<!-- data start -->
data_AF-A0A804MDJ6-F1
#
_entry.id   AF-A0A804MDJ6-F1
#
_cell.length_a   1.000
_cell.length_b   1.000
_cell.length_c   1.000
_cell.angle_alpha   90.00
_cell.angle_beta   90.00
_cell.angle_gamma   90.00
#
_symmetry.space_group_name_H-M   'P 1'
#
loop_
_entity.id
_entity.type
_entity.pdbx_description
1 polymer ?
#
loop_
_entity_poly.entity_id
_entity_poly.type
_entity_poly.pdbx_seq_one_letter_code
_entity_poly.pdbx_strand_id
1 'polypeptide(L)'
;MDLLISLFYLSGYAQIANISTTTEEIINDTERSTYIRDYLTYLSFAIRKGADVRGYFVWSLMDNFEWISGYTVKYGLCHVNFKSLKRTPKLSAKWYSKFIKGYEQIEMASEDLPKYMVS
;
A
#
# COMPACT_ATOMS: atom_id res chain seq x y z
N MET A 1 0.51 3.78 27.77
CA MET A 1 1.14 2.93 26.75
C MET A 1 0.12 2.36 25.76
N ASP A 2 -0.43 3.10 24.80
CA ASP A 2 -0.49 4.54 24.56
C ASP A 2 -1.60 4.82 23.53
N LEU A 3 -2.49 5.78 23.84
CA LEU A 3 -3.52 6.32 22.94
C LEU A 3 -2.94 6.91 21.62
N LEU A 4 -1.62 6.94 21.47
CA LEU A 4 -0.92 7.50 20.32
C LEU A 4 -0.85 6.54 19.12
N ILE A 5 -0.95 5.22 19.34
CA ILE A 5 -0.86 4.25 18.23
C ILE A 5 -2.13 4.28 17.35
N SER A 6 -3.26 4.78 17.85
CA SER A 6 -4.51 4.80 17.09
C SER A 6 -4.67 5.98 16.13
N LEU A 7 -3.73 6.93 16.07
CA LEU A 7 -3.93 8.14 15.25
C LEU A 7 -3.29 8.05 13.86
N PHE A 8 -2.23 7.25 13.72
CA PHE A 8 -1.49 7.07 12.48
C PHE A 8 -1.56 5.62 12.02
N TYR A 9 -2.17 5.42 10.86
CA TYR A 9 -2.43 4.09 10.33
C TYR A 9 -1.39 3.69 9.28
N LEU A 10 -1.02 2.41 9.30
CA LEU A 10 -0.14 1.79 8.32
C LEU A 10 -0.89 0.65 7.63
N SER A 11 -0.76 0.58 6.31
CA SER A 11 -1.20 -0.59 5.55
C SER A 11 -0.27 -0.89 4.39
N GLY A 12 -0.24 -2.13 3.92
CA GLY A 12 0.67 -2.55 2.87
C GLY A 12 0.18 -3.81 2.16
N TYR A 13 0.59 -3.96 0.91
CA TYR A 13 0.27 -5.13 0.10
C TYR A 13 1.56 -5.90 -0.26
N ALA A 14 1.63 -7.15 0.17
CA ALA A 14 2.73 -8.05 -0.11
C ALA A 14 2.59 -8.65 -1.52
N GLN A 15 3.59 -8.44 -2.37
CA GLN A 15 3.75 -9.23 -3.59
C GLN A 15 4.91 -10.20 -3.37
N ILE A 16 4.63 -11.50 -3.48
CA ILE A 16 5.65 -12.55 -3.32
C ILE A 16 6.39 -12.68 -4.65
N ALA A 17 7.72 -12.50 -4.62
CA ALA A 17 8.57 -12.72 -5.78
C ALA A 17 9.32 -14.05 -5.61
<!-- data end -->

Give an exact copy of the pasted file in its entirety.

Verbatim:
data_AF-A0A804MDJ6-F1
#
_entry.id   AF-A0A804MDJ6-F1
#
_cell.length_a   1.000
_cell.length_b   1.000
_cell.length_c   1.000
_cell.angle_alpha   90.00
_cell.angle_beta   90.00
_cell.angle_gamma   90.00
#
_symmetry.space_group_name_H-M   'P 1'
#
loop_
_entity.id
_entity.type
_entity.pdbx_description
1 polymer ?
#
loop_
_entity_poly.entity_id
_entity_poly.type
_entity_poly.pdbx_seq_one_letter_code
_entity_poly.pdbx_strand_id
1 'polypeptide(L)'
;MDLLISLFYLSGYAQIANISTTTEEIINDTERSTYIRDYLTYLSFAIRKGADVRGYFVWSLMDNFEWISGYTVKYGLCHVNFKSLKRTPKLSAKWYSKFIKGYEQIEMASEDLPKYMVS
;
A
#
# COMPACT_ATOMS: atom_id res chain seq x y z
N MET A 1 0.51 3.78 27.77
CA MET A 1 1.14 2.93 26.75
C MET A 1 0.12 2.36 25.76
N ASP A 2 -0.43 3.10 24.80
CA ASP A 2 -0.49 4.54 24.56
C ASP A 2 -1.60 4.82 23.53
N LEU A 3 -2.49 5.78 23.84
CA LEU A 3 -3.52 6.32 22.94
C LEU A 3 -2.94 6.91 21.62
N LEU A 4 -1.62 6.94 21.47
CA LEU A 4 -0.92 7.50 20.32
C LEU A 4 -0.85 6.54 19.12
N ILE A 5 -0.95 5.22 19.34
CA ILE A 5 -0.86 4.25 18.23
C ILE A 5 -2.13 4.28 17.35
N SER A 6 -3.26 4.78 17.85
CA SER A 6 -4.51 4.80 17.09
C SER A 6 -4.67 5.98 16.13
N LEU A 7 -3.73 6.93 16.07
CA LEU A 7 -3.93 8.14 15.25
C LEU A 7 -3.29 8.05 13.86
N PHE A 8 -2.23 7.25 13.72
CA PHE A 8 -1.49 7.07 12.48
C PHE A 8 -1.56 5.62 12.02
N TYR A 9 -2.17 5.42 10.86
CA TYR A 9 -2.43 4.09 10.33
C TYR A 9 -1.39 3.69 9.28
N LEU A 10 -1.02 2.41 9.30
CA LEU A 10 -0.14 1.79 8.32
C LEU A 10 -0.89 0.65 7.63
N SER A 11 -0.76 0.58 6.31
CA SER A 11 -1.20 -0.59 5.55
C SER A 11 -0.27 -0.89 4.39
N GLY A 12 -0.24 -2.13 3.92
CA GLY A 12 0.67 -2.55 2.87
C GLY A 12 0.18 -3.81 2.16
N TYR A 13 0.59 -3.96 0.91
CA TYR A 13 0.27 -5.13 0.10
C TYR A 13 1.56 -5.90 -0.26
N ALA A 14 1.63 -7.15 0.17
CA ALA A 14 2.73 -8.05 -0.11
C ALA A 14 2.59 -8.65 -1.52
N GLN A 15 3.59 -8.44 -2.37
CA GLN A 15 3.75 -9.23 -3.59
C GLN A 15 4.91 -10.20 -3.37
N ILE A 16 4.63 -11.50 -3.48
CA ILE A 16 5.65 -12.55 -3.32
C ILE A 16 6.39 -12.68 -4.65
N ALA A 17 7.72 -12.50 -4.62
CA ALA A 17 8.57 -12.72 -5.78
C ALA A 17 9.32 -14.05 -5.61